Xbox One Day 1 Hardware Breakdown

ONE MORE TIME FOR THE PEOPLE! Introducing the last of the next gen launches, Microsoft’s Xbox One (Referred to as XB1 for the rest of the article). There are some similarities between the PS4 and the XB1, so where those are concerned I’ll keep explanations brief. This console hasn’t arrived without its fair share of controversy, but we’ll get to that later. For now, let’s focus on the XB1 itself.


What’s In The Box: I promise that’s not a pun…

The XB1 comes with the system itself, a new Kinect sensor dubbed “Kinect 2.0”, a headset, the controller, an HDMI cable, the power cord…and the power brick. Yes, Microsoft is still holding on to the power brick. Have fun arranging that in your setup. I’m curious to find out if the brick has a light on it like the Xbox 360. The light was extremely annoying at night and eventually led to me placing tape over it. That just doesn’t look good.

Kinect Functionality: The noticeable difference in the XB1 is the Kinect sensor’s ability to enable motion and voice controlled menu navigation. Games don’t require the use of it, but I’m interested to see how developers integrate it. I owned the first Kinect and there were some positives there. The Kinect is also capable of facial recognition for gamertag log-ins. The Kinect is not required for operation of the console, but it is a pretty cool touch. I wouldn’t mind channeling my inner Tony Stark while navigating the XB1 interface.

Storage: Like the PS4, the XB1 has a 500GB hard drive and will require game installs. The main difference is that similar to the Xbox 360, the disc will still need to be in the system to play the game. Here are the install sizes for the Multi-platform games that were mentioned in the PS4 hardware preview for comparison:

  • Assassin’s Creed 4: Black Flag – 20GB
  • Battlefield 4 – 33GB
  • Call of Duty: Ghosts – 39GB
  • NBA 2K14 – 43GB

Here are the install times for some of the XB1 Exclusives:

  • Dead Rising 3 – 19GB
  • Ryse: Son of Rome – 34GB
  • Killer Instinct – 3.4GB
  • Lococyle – 13GB

System Update: The XB1 will also require a Day 1 update. You NEED this update. Microsoft has confirmed that games can’t even be played without it. It would stand to reason that this update takes away a lot of the originally planned features of the XB1 pertaining to mandatory connectivity. I’m sure people will be frustrated by not being able to play their games immediately, but something had to give.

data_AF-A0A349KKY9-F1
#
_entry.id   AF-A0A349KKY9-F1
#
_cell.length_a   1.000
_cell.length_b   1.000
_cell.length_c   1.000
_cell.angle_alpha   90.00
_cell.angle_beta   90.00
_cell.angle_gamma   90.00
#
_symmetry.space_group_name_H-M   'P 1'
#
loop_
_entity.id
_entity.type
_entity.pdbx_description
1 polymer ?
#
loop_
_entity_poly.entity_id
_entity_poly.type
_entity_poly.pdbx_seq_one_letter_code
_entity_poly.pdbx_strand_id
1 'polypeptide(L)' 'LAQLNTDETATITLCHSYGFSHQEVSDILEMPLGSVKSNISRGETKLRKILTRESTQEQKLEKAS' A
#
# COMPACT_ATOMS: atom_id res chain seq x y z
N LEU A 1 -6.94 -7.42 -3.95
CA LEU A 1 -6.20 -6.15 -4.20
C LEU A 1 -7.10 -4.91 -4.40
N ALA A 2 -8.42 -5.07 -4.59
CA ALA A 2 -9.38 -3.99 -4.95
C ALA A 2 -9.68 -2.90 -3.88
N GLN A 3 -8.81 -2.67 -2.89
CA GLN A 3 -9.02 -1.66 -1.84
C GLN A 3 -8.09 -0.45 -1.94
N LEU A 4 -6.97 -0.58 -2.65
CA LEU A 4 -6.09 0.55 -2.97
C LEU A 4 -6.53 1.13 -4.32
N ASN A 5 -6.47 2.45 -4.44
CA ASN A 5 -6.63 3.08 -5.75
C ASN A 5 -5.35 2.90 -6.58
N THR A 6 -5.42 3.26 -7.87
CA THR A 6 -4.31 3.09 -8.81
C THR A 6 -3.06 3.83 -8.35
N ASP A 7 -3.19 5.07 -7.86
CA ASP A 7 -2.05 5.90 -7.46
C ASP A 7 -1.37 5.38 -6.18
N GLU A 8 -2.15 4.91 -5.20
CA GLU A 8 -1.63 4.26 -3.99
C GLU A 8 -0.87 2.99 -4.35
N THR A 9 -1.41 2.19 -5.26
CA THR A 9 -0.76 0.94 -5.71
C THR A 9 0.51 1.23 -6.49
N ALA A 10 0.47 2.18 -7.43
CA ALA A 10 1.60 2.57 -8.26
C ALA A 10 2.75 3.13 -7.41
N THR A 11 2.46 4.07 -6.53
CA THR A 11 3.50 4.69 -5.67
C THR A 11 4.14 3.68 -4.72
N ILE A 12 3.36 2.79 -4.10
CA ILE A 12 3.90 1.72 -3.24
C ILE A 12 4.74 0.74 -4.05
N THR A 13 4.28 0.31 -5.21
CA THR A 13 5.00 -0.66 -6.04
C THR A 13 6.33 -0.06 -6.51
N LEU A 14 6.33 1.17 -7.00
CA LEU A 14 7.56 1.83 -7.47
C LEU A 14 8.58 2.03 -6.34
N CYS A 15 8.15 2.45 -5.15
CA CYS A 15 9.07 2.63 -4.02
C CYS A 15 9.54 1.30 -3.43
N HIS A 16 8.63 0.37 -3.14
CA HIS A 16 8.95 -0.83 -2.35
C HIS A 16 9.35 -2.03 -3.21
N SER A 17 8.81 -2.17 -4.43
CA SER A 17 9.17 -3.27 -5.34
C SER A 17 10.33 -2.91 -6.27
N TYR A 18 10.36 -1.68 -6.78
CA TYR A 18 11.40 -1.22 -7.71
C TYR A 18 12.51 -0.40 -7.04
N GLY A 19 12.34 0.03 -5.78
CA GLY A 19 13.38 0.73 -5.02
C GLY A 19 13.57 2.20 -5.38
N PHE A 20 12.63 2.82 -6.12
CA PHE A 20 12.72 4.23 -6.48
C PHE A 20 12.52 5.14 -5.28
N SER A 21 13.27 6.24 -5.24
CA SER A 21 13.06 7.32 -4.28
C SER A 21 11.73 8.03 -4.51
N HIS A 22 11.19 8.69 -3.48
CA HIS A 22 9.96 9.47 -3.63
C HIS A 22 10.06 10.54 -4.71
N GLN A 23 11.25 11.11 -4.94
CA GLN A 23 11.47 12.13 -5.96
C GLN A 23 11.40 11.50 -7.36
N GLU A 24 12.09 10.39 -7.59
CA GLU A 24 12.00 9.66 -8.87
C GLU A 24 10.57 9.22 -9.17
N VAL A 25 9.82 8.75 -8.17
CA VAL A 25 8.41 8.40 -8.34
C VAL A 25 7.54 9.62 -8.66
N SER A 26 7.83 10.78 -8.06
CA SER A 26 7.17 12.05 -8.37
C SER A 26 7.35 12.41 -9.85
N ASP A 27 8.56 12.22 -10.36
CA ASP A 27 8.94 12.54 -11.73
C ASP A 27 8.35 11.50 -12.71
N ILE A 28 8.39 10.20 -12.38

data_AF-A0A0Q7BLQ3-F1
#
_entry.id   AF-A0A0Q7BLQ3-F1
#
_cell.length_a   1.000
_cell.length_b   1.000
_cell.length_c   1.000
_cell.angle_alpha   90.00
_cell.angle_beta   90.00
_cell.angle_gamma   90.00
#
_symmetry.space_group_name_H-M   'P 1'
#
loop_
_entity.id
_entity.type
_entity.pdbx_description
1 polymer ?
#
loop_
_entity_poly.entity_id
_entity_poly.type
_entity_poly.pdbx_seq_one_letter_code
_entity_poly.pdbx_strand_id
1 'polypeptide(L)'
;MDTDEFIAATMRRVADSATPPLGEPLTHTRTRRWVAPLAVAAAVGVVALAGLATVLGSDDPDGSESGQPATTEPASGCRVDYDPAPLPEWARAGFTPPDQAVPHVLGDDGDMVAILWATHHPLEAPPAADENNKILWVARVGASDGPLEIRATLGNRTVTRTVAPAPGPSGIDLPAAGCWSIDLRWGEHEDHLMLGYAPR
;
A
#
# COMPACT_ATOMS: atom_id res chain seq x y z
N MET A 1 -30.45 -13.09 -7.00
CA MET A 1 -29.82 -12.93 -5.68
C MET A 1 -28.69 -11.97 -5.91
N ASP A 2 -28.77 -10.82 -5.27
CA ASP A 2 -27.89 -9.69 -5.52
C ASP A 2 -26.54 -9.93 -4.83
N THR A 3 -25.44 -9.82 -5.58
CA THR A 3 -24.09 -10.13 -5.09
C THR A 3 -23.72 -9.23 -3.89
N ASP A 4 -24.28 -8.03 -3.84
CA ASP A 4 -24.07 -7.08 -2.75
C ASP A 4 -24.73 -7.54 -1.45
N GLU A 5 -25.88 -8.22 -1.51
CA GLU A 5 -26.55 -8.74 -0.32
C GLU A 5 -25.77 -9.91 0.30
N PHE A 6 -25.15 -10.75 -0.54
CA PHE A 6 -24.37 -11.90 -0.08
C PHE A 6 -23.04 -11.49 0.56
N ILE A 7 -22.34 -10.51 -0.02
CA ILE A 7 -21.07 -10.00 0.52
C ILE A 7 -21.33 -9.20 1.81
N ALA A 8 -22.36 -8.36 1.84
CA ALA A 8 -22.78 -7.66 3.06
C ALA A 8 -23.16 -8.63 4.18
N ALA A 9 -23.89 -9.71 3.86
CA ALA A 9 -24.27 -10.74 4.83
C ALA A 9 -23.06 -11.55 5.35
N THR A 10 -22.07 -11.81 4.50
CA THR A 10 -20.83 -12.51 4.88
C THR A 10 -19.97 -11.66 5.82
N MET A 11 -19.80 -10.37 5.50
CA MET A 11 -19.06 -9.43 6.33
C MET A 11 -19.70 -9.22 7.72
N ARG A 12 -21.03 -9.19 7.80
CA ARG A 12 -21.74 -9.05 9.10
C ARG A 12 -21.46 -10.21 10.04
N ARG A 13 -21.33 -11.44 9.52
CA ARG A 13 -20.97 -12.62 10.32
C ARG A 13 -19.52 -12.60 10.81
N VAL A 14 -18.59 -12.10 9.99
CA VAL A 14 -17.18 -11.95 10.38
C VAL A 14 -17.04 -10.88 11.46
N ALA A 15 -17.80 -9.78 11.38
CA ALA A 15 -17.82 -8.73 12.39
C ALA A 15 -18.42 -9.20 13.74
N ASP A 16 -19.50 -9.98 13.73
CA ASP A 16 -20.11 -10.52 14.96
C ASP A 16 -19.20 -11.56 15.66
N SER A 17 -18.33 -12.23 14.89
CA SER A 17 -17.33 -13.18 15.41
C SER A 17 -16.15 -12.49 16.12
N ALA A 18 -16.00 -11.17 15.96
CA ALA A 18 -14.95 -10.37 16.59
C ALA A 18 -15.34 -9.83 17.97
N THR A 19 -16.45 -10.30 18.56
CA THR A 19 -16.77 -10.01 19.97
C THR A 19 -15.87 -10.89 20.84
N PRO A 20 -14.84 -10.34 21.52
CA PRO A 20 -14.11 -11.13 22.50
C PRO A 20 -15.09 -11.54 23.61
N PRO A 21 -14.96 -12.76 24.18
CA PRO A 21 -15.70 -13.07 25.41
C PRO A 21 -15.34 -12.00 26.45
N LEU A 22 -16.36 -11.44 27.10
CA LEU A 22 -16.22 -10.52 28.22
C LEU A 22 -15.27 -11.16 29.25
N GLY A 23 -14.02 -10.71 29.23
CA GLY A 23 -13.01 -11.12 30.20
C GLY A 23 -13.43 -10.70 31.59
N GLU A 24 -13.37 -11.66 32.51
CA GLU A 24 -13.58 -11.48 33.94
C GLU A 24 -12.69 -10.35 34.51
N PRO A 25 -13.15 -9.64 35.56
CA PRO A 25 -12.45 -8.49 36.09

Now for the controversy that originally surrounded the XB1. Microsoft initially planned for the console to have a persistent connection to the internet, requiring the system to connect and check for updates every 24 hours.


Obviously, this is a problem for those without a particularly reliable connection as well as those with wireless connections. While it doesn’t happen often, a wireless connection will sometimes randomly cut off, forcing a reset of the modem. It tends to happen at the worst possible moment, so the change here is very much welcome.

The other huge problem was Microsoft’s policy on used games. That policy being: “There are no used games.” Microsoft has since backtracked on both of these policies to the delight of gamers everywhere. However, XB1 users do lose out on the system’s version of game sharing, which would allow for players to use their own Gamertag while playing a multiplayer game on another XB1 console.

The XB1 at launch does not support music playback using a USB device, but it does support audio streaming and CD playback.

Honestly the XB1 launch seems to be a bit downplayed going into November 22nd, most likely due to the policy changes and what Microsoft has had to do to adjust to those changes. I’m still excited to see what the XB1 can do in the future once Microsoft can implement some of its more positive changes to next-gen gaming. Before you pick one up, make sure you keep checking back for the rest of our XB1 coverage, starting with the breakdown of the launch titles and deals on those games by @JerzeeBalla. Enjoy the Next Generation of gaming!

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